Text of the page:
On January 28, it took less than 11 minutes for people to snap up 27,000 online application spots for bringing parents or grandparents into Canada.
On that day, Immigration, Refugees and Citizenship Canada opened up to applicants its online form for indicating interest in sponsoring a family member through the 2019 Parent and Grandparent Program.
The annual limit was reached just more than 10 minutes later, and the government will not accept more applications.
The situation was met by a flood of angry complaints from frustrated would-be applicants, many of whom said they had cleared their schedules and set up their computers to fill out the online form, according to a CBC report.
CBC reported that some called for an independent audit of IRCC’s sponsorship process.
IRCC moved to an online first-come, first-served system for the 2019 parent and grandparent sponsorship program.
The Liberal government scrapped its controversial lottery system for reuniting immigrant families and adopted a first-come, first-served online system after an angry backlash from would-be sponsors.
Under the family reunification program, about 20,500 parents and grandparents will be admitted to Canada in 2019, and 21,000 next year.
According to CBC, this year, 27,000 were allowed to sign the “interest to sponsor” form online, accounting for duplication and errors. Eligible sponsors must provide proof of status and financial eligibility.
The previous lottery process itself replaced another first-in system. That system was unpopular because it led to a “mad rush” every January, with people lining up at the doors of the processing centre overnight or paying place-holders in the queue to deliver applications prepared by consultants or lawyers.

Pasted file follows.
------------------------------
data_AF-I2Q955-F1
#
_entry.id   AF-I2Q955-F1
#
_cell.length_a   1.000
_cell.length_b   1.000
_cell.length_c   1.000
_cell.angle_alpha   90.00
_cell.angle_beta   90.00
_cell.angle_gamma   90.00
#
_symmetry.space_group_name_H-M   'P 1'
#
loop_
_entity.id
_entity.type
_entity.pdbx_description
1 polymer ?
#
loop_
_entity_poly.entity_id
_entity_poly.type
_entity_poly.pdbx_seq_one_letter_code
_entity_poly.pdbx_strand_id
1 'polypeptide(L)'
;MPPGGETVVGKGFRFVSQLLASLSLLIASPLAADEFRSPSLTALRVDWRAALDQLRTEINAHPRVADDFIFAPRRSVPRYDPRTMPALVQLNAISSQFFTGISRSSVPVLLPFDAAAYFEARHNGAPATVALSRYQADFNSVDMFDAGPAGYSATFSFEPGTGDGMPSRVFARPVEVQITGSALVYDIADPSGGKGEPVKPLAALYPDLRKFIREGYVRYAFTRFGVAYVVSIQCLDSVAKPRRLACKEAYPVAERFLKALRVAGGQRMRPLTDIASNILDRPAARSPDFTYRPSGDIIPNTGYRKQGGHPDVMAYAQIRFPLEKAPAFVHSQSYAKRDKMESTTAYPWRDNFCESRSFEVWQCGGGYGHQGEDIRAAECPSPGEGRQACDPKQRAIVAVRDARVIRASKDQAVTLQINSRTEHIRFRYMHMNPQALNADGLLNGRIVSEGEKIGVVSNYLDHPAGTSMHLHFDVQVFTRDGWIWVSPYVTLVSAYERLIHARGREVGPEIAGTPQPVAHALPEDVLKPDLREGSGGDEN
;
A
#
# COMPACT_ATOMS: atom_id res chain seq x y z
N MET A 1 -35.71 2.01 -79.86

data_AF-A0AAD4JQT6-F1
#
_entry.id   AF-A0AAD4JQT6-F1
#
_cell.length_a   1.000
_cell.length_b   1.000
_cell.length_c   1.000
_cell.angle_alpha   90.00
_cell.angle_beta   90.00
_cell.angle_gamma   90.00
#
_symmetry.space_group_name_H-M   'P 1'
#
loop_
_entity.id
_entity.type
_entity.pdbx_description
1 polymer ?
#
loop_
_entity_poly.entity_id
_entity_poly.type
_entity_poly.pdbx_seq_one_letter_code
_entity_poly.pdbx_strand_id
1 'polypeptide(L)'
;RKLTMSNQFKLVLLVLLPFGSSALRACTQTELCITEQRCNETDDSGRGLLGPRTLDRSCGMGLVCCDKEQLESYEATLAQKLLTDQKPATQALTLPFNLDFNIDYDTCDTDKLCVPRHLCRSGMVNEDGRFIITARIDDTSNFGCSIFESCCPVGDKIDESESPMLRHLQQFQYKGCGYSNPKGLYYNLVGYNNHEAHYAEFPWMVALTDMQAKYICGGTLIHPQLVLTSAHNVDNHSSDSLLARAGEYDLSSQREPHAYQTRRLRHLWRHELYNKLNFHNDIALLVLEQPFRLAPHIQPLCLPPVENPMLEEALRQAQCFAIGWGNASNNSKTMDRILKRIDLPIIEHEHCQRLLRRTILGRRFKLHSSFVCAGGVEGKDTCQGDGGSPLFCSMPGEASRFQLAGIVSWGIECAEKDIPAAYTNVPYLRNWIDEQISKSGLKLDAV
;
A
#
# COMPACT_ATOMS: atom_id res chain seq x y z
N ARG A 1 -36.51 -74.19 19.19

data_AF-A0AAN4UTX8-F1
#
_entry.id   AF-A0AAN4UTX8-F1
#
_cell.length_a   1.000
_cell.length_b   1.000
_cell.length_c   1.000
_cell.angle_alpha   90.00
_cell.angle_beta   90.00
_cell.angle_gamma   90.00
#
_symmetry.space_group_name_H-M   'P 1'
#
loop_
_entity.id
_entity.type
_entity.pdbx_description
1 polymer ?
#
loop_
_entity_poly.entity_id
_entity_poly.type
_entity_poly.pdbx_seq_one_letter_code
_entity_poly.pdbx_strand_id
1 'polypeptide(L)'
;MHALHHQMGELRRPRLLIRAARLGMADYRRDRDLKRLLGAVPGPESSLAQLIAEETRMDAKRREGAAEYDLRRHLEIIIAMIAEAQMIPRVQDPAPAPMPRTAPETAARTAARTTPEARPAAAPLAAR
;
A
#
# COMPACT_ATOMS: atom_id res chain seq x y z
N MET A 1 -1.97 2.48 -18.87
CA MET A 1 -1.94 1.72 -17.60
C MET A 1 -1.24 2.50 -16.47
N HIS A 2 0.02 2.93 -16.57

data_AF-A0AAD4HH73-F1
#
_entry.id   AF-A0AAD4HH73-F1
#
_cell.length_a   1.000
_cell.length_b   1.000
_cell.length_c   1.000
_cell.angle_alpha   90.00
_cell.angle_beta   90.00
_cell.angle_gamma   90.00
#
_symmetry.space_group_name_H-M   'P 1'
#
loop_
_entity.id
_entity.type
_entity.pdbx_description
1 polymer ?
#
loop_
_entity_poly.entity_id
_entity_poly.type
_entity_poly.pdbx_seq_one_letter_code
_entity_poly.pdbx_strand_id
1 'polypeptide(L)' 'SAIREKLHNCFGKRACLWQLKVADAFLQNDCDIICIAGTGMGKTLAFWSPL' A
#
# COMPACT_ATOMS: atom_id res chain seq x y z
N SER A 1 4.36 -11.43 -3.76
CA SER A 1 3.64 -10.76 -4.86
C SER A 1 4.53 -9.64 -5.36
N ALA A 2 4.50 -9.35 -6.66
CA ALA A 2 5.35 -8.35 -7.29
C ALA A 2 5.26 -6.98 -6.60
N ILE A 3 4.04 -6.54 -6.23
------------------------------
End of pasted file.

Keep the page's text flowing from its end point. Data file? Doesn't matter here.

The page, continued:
But the lottery system was also contentious, with critics calling it unjust because it was gambling with peoples’ lives, CBC reported.
Conservative immigration critic Michelle Rempel said the process that many are panning as unfair is “consistent with a pattern of failures” by the Liberal government on immigration issues, including its handling of asylum seekers crossing into Canada from the U.S. outside official border points.
She said the Liberals “abdicated responsibility” by instituting a lottery system, but the new process only gave people who were following the rules mere minutes to submit their forms.
Parents and grandparents of Canadian citizens or permanent residents can also apply for a ‘super visa’, which allows them to extend a visit for up to two years after the initial entry into Canada.
Rempel said: ““The Liberal government is sending a very disturbing message to Canadians and newcomers: play by the rules and expect long delays and backlogs – if your application gets accepted at all. Conversely, break the rules and enter the country illegally via Roxham Road and expect to wait 0 days to be given access to all Canada has to offer.
“Trudeau has set up a permanent immigration stream at Roxham Road that has so far allowed 40,000 people to illegally enter the country from safe places like Upstate New York,” according to Rempel.
NDP Immigration, Refugees and Citizenship Critic Jenny Kwan said in a statement: ““As predicted, the Liberal government’s approach to family reunification for parent/grandparent sponsorship is a colossal failure. Just 11 minutes after the quota was opened, IRCC announced that the annual limit had been reached and the application process was closed. Frustrated family members are once again left out in the cold.”
Kwan also said: “First it was the unjust luck of the lottery draw system; now families are being pitted against each other in break neck speed to get in front of the line just to be able to apply. The Liberal government has managed to dehumanize and devalue the important role parent/grandparent sponsorship can play for Canadian families and the Canadian economy. Treating families this way is more than an insult. “